At the turn of the twentieth century there were attempts to organise various sections of the Manx Working Class including agricultural workers. In 1917 efforts were made to organise a union for general workers in the Isle of Man. There was considerable support for this against a background of cost of living rises of 78% since 1914 and no defined maximum working week. The first branch of the union was formed in Douglas. One of the first actions of the newly formed union secured a fixed working week of 56 hours. This early success of the Douglas Workers Union led to the formation of other branches in Ramsey, Castletown, Rushen, Laxey and Peel. The rail workers throughout the Island achieved notable success in gaining wage increases. These early successes brought other sections of workers into Union membership. As well as the predominantly male employing industries great efforts were also made to organise female workers and a Workers Union set up a branch for women members in Douglas. This increase in Union activity toward the end of the First World War formed part of the background to the 1918 General Strike.

Lord Raglan

Campaign for Direct Taxation

The events which lead up to the strike had their basis in the campaign for direct taxation and a Manx reform movement had been campaigning for the imposition of an income tax on the Island. The original campaign had been fought in order to secure old age pensions.  Set against the calls for reform was the then Governor Lord Raglan, who had been Governor since 1902. It was his opposition to reform that made him unpopular with ordinary Manx people. At the Tynwald ceremony in 1916 he had been confronted by a demonstration. The demonstrators held placards and greeted the governor with shouts that he resign, implement old age pensions and direct taxation. At one point he was struck by a grass sod thrown from the crowd.

This campaign for a pension was temporarily diverted into a fight to get the Manx Government to grant Manx bakers a flour subsidy similar to that given to English bakers to enable a reduction in the price of bread from one shilling to nine pence. These calls for parity with United Kingdom bread prices were ignored. This resulted in protest meetings being held throughout the Island and led to Tynwald meeting to discuss the matter. A committee of enquiry was appointed which resulted in a six month subsidy from November 26th 1917 to keep bread prices at 9 pence a loaf.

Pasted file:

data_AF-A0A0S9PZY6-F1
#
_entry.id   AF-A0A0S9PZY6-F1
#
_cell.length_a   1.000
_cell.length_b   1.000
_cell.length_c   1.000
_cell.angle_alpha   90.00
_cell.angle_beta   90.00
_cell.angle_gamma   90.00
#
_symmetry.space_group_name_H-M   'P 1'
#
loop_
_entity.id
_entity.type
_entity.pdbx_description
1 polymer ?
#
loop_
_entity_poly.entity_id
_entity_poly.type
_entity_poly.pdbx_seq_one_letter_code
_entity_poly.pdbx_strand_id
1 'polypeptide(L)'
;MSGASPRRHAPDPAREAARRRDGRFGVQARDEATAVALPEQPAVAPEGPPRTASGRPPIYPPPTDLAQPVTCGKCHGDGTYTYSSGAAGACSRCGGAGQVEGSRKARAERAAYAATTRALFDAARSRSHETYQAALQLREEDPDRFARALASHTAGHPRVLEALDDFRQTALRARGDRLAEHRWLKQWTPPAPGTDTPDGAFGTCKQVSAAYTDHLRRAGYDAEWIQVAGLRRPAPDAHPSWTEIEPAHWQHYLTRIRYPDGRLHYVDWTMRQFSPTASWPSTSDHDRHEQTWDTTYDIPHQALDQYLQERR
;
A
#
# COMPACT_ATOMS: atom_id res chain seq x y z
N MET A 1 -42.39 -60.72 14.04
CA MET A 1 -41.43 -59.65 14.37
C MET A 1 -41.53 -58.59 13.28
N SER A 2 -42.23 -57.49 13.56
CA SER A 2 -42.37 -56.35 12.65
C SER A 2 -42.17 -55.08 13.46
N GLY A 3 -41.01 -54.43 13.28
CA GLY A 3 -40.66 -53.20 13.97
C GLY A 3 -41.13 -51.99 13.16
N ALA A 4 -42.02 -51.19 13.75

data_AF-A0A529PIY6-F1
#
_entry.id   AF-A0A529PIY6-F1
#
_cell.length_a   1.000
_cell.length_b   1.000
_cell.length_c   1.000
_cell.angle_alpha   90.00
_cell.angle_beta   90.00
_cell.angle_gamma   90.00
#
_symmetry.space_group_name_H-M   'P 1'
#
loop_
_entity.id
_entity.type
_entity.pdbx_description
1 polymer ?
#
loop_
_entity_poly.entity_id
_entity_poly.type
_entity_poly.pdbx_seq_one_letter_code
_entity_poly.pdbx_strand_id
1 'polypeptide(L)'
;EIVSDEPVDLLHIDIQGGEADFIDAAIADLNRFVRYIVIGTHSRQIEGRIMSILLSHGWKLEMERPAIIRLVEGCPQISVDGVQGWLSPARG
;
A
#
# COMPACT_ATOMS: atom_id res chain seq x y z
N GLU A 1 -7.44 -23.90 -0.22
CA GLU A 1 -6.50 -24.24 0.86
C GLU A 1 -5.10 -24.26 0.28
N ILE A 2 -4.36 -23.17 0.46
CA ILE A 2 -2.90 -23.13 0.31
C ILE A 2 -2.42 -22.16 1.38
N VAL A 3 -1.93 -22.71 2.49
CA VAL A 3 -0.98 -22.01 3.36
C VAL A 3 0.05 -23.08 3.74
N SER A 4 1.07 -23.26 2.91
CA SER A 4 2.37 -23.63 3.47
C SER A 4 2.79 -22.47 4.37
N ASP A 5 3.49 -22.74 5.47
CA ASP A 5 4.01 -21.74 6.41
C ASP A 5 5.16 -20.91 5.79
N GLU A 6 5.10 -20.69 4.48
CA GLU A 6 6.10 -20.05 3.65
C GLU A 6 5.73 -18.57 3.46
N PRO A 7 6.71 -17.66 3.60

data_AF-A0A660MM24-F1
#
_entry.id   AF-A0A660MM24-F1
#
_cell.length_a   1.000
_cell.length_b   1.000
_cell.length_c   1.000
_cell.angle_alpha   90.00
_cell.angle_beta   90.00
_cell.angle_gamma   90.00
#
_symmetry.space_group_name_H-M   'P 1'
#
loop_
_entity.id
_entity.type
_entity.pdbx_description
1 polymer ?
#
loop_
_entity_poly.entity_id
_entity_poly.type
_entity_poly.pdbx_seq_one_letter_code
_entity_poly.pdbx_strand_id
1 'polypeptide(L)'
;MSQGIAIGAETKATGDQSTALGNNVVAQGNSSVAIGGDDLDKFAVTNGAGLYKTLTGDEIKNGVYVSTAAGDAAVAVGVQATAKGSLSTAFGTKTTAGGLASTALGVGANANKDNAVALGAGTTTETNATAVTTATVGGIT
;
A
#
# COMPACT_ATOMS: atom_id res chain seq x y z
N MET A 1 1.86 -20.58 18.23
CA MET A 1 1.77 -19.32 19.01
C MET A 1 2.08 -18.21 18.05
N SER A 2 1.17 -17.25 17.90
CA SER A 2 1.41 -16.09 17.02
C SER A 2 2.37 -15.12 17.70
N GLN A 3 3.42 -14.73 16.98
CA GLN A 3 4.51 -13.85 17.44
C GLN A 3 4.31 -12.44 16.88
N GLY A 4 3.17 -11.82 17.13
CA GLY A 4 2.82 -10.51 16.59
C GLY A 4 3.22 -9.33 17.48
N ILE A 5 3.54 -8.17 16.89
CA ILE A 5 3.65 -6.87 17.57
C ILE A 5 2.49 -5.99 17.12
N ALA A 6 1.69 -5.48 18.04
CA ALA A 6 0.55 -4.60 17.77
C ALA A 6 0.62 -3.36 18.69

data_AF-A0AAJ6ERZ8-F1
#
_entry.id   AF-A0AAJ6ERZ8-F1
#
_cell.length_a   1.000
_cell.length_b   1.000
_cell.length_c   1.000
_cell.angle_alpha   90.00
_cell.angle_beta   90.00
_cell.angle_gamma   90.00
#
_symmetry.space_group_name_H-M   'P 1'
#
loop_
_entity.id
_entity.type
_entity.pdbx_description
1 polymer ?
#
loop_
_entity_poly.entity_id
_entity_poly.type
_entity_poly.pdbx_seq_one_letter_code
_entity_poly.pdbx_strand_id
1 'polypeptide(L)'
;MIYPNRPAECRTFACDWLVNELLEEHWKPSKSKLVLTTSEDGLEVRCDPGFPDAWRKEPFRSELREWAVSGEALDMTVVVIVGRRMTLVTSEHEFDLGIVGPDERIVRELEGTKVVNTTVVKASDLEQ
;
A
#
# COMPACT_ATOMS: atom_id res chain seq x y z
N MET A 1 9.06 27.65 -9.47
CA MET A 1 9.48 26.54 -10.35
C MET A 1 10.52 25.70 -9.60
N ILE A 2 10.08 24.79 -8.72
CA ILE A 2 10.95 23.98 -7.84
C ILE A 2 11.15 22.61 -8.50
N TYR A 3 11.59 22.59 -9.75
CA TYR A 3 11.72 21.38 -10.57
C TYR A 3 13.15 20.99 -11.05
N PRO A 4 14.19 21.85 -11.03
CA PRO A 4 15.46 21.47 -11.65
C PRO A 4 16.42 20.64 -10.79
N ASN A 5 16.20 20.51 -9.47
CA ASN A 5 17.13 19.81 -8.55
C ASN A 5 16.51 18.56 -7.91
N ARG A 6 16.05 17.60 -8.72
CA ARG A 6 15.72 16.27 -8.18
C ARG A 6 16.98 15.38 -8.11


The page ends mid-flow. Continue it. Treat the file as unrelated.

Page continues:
The agreed subsidy was to last seven months until Friday June 28th 1918 the Governor in his annual financial statement to Tynwald announced the termination of the subsidy at the end of the month. At the instigation of the Isle of Man Workers Union representatives of the various trade unions on the Island were summoned to a meeting in Douglas on June 29th. At this meeting it was decided that unless the nine penny loaf remained a general strike would be called. There followed Island wide meetings to enlist public support and demands for the passing of an Income Tax Bill. With the cessation of the flour subsidy notice was given by the bakers that from July 1st 1918 the price of the loaf should be increased to one shilling. The Governor then decreed that the price should be fixed at ten and half pence. This left a situation where bakers threatened to close down their bakeries because they said they could not produce bread at that price. The workers stated that they would not accept any price over nine pence as was being paid by English workers. 

The General Strike

Foxdale Clocktower

This set in motion a series of events leading to the Manx general strike. A meeting was held attended by the various unions where the campaign strategy was drawn up. A strike committee was set up with representatives of the National Union of Seamen, Typographical Association, Shop Assistants Union and the Workers Union. A thousand strong meeting was held outside of the Government Office in Douglas to announce the strike with word being sent to other parts of the Island. The strike commenced on July 3rd 1918 and resulted in a stoppage of work throughout the Island.  The strike was undertaken with some skill and a high degree of organisation. Situations that arose over the duration of the action appear to have been dealt with by the strikers quite skilfully. Clearly the use of picketing and direct action was a key to the ultimate success of the strike. The daily steamer from England to the Isle of Man was allowed to sail on the understanding that a return passage would not be allowed. The cargo workers in Douglas ceased work, the schools closed and tram and rail services were halted, shops, offices and factories were shut.